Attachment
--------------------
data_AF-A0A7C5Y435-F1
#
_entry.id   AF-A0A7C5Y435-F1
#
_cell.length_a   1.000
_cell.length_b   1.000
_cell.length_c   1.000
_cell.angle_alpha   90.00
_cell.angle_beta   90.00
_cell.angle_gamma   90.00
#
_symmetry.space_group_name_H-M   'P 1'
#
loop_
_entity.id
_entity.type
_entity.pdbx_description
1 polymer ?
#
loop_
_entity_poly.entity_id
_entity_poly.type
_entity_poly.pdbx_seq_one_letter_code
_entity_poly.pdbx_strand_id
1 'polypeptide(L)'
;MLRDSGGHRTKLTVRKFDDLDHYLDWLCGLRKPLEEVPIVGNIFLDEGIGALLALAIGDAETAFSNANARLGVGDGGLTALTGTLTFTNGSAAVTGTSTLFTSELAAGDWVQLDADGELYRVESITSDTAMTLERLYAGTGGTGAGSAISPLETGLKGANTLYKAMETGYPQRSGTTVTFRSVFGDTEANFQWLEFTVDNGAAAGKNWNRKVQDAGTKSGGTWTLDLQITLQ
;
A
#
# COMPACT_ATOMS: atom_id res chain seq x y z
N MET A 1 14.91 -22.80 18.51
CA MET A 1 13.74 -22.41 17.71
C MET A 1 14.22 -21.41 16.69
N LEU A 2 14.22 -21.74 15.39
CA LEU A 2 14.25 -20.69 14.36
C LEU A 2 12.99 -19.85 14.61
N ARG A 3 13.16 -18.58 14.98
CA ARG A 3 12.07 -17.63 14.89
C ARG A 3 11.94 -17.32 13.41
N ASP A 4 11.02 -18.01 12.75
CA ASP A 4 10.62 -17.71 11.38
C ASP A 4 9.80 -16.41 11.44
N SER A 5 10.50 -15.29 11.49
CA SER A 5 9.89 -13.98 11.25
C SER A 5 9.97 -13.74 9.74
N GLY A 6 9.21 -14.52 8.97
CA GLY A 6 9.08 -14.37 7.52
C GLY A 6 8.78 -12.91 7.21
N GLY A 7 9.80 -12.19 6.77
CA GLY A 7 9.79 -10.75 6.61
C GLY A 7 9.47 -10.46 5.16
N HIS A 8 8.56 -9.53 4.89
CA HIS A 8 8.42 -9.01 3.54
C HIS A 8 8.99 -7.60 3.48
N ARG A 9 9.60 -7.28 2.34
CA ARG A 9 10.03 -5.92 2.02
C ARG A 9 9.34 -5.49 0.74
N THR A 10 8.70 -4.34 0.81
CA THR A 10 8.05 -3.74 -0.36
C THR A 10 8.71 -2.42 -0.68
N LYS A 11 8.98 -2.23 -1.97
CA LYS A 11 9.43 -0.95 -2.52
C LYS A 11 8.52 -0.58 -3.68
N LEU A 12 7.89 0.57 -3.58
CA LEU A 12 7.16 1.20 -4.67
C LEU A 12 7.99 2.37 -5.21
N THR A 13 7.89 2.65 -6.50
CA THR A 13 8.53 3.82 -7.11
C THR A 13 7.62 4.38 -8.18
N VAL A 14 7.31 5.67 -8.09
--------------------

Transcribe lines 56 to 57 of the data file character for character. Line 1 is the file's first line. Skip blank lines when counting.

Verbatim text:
CA ARG A 9 10.03 -5.92 2.02
C ARG A 9 9.34 -5.49 0.74